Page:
In this tuning, the spacing at 58.090 cents is equal to 91/88 plus 1/3 harmonisma, or 121/117 (58.198 cents) less 2/3 harmonisma. Thus while 13/11 is 1/3 harmonisma wide, 11/9, equal in its just size to 13/11 x 121/117, is 1/3 harmonisma narrow. The same relationship applies between 63/44 (+6 fifths) and 77/52 (+6, +1) or 6 fifths up plus spacing; 77/52 is equal to a 3/2 fifth less a 78/77 comma or 7/4 less 13/11.
MET-24, in contrast, is a tuning of delicately calculated compromises. The general approach is to set the fifth size so that 11/10 (+10 fifths) and 14/13 (+7 fifths) are about equally impure; and to set the spacing so that 7/6 (+2, +1) or 2 fifths up plus spacing and 13/8 (-4, +1) or 4 fifths down plus spacing are about equally impure. It happens that with pure 2/1 octaves a fifth at 1201 tuning units of 2048 and a spacing of 98 units (2/1,703.711, 57.422) approximates these results.
Note that the simplest virtually just ratio is 77/52, in contrast to 29-HTT which has 7/4, 63/52, and 13/9 just, as well as 13/11 and 11/9 as well as 63/44 and 77/52 impure by only 1/3 harmonisma or 0.054 cents.
Both systems in 24-note parapyth form have a few ratios of 5, while 29-HTT includes some just locations for 5/4 and 7/4 as part of the six 4:5:6:7:9:11:13:15 ogdoads which the irregular design features.
5. Divisions of the Tetrachord or Multiple Division Without Equal Temperament
The alternative titles of this section are in honor of John Chalmers’ monument of scholarship Divisions of the Tetrachord (Frog Peak, 1993) and Chapter 7 of M. Joel Mandelbaum’s landmark of xenharmonic thought, Multiple Division of the Octave and the Tonal Resources of 19-Tone Temperament (Indiana University, PHD study, 1961), “Multiple Division Without Equal Temperament” (pp. 226-245).
The use of tetrachords with subtle differences in melodic step sizes is another xenharmonic path to a focus on “maximal evenness” or on scale sets or gamuts with only two sizes or intervals which form Moments of Symmetry (MOS) sets. The focus of parapyth systems is on medieval European and Near Eastern styles based on ratios other than those derived from prime 5, the mainstay of European music from the later 15th to the 19th centuries (or from the middle and later Renaissance through the Romantic Era), and so constitutes at once an historical offshoot and a “revolution” replacing tonality with modality and familiar meantone sonorities with the less familiar Gothic polyphony of the 13th-14th centuries, and the subtly varied Zalzalian steps and intervals as used in over a millennium of Near Eastern maqam and dastgah music.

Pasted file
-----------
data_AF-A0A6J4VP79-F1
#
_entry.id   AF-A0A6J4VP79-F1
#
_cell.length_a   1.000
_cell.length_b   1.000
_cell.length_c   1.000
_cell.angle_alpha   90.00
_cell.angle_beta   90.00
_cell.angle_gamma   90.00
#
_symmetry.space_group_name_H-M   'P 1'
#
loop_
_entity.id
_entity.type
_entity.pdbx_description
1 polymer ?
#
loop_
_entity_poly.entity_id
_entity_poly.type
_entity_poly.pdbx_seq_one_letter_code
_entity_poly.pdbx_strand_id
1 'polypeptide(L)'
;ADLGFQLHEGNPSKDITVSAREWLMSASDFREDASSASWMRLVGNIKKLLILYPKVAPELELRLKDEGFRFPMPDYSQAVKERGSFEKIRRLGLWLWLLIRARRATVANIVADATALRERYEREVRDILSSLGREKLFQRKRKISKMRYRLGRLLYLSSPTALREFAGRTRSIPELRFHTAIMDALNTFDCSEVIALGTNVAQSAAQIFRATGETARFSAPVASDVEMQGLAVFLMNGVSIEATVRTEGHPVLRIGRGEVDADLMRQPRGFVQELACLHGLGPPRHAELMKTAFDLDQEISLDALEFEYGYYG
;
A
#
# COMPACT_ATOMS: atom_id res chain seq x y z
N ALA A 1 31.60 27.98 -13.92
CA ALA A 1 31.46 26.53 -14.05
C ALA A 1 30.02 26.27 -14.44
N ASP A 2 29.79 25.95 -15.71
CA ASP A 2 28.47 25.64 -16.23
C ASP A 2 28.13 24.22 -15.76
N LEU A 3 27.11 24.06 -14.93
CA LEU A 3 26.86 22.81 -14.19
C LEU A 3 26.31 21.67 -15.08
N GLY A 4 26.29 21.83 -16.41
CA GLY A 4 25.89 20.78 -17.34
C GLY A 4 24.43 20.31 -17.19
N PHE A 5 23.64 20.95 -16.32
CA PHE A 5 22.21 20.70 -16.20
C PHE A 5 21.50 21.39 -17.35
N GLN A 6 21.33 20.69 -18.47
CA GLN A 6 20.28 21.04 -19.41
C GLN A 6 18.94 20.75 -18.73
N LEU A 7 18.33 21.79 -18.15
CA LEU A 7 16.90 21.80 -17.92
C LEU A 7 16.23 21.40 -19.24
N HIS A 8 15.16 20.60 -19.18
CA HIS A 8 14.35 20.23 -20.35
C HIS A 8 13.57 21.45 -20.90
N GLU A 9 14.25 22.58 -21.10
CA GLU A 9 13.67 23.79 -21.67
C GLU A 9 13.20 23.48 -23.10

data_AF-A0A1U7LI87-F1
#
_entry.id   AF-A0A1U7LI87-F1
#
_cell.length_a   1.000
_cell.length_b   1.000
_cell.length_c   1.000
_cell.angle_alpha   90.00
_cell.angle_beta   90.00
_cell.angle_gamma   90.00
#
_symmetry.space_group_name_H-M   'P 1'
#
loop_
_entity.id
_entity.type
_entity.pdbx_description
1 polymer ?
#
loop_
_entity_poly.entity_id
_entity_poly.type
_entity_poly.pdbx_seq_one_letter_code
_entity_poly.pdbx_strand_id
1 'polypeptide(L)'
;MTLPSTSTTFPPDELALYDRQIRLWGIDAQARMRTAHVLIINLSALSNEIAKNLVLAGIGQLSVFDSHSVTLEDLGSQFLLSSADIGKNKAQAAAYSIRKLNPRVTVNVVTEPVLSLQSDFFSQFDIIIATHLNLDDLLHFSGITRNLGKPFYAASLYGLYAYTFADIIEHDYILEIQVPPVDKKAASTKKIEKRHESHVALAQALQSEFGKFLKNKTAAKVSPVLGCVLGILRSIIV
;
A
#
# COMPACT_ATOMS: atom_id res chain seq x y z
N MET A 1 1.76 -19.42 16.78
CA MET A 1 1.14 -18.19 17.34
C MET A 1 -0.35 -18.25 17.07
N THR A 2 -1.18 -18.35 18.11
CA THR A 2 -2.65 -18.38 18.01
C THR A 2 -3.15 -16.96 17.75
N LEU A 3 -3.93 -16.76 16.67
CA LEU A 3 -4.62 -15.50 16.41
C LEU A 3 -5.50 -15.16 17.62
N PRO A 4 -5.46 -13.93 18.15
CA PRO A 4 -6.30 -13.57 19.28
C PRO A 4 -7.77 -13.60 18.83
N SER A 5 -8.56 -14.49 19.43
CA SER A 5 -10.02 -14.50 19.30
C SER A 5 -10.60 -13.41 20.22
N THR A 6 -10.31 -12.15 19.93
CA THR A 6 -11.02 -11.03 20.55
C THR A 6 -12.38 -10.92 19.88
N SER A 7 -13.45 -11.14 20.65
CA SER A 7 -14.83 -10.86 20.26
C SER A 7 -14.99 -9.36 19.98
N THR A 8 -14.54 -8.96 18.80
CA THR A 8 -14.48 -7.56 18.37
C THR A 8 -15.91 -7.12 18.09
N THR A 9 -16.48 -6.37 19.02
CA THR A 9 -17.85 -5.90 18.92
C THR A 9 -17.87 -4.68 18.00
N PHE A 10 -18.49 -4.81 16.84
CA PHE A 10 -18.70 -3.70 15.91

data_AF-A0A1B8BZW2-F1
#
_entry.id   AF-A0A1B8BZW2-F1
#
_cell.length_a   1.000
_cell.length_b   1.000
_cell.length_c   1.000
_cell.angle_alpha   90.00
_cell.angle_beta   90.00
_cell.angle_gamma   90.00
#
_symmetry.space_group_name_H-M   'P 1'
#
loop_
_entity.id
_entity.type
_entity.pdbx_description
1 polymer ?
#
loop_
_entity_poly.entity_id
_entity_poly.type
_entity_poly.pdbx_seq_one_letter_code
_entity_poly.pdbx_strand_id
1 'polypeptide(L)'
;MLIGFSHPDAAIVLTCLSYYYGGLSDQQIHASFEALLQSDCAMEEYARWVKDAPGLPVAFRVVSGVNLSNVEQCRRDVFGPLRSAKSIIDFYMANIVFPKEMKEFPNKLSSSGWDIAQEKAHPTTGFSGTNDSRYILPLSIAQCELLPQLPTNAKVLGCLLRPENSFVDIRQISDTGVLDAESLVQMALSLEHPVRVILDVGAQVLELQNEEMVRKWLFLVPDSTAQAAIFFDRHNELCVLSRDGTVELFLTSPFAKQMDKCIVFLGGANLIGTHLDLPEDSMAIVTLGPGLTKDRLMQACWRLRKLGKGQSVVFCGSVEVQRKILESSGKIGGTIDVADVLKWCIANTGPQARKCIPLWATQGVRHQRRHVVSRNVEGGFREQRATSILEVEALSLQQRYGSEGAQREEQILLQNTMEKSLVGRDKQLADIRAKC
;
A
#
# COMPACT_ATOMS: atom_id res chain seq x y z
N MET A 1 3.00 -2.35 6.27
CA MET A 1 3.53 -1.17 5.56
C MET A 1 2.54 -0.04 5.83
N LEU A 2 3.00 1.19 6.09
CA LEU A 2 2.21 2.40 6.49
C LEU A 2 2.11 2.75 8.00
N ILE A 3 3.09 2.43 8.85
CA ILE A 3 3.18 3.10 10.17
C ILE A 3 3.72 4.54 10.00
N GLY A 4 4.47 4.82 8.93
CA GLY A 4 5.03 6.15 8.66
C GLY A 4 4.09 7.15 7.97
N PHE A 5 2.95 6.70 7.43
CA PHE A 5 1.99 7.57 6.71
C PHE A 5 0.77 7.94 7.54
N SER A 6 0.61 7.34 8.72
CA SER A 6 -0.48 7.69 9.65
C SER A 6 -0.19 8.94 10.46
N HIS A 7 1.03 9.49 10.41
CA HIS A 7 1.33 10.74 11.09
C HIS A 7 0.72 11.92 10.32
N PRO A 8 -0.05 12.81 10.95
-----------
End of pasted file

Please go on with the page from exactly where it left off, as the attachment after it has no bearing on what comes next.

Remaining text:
The essence of varied Zalzalian steps as implemented in parapyth systems may be illustrated by a harmonic series I recall first posting to the Alternative Tuning List in July 2002, and named Turquoise (Figure 3) in 2010 or 2011, with discussion with Ozan Yarman and Jacques Dudon as a catalyst to a focus on this series.
Here I have used the letter J for the Just value of a melodic ratio or step in cents; H for its value in 29-HTT; and M for its value in MET-24. The lowercase “h” in 33h, 36h, 39h, 42h, and 44h is precautionary, to warn that these numbers measure a harmonic series of ratios, rather than string or monochord lengths.
It is notable that 29-HTT is more accurate with ratios for thirds such as 13/11 and also 7/6 as well as the pure 7/4 or 8/7; while MET-24 is more accurate for the superparticular Zalzalian steps 12:11, 13:12, 14:13, and also the 22:21 diatonic semitone.
The naming of this 33:36:39:42:44 series as Turquoise was a play on a tuning system called Bleu with generators of 140 cents, one variation on Jacques Dudon’s Tsaharuk system based on the division of a just or slightly wide fifth into five equal parts. Tsharuk was based on many generators forming a tuning of around 80 notes or more, as I recall; the idea of the Turquoise series is with a relatively small parapyth tuning to realize accurately a subtle variety of superparticular steps.
The Turquoise series also includes within itself a collection of tetrachords both historical and new; in 2002 I was aware through the writings of Owen Wright of Qutb al-Din’s (1236-1311) tuning of Hijaz as 12:11-7:6-22:21 or 1/1-12/11-14/11-4/3, i.e. 33:36:42:44 in terms of a subset of the Turquoise series.
George Secor laid the foundation for my exploration in this direction by calling my attention to the 12:13:14 division of a 7:6 minor third, which led me to the 11:12:13 division of the 13:11 minor third, both included in the Turquoise series (as 36:39:42 and 33:36:39). The following section looks at some tetrachordal subsets of Turquoise.
5.1. Tetrachords contained within the Turquoise series or its extension
The Turquoise series, 33:36:39:42:44, includes within itself three tetrachords of interest, two old and one new.
The first is William Lyman Young’s “Exquisite 3/4-tone Hellenic Lyre”, 33:36:39:44 or 12:11-13:12-44:39, i.e. 1/1-12/11-13/11-4/3 (see Chalmers, Divisions of the Tetrachord, 1993, p. 189, tetrachord #443; and scale archive for Manuel Op de Coul’s application Scala, young-wt.scl). This tetrachord features the 11:12:13 division, apparently a modern development.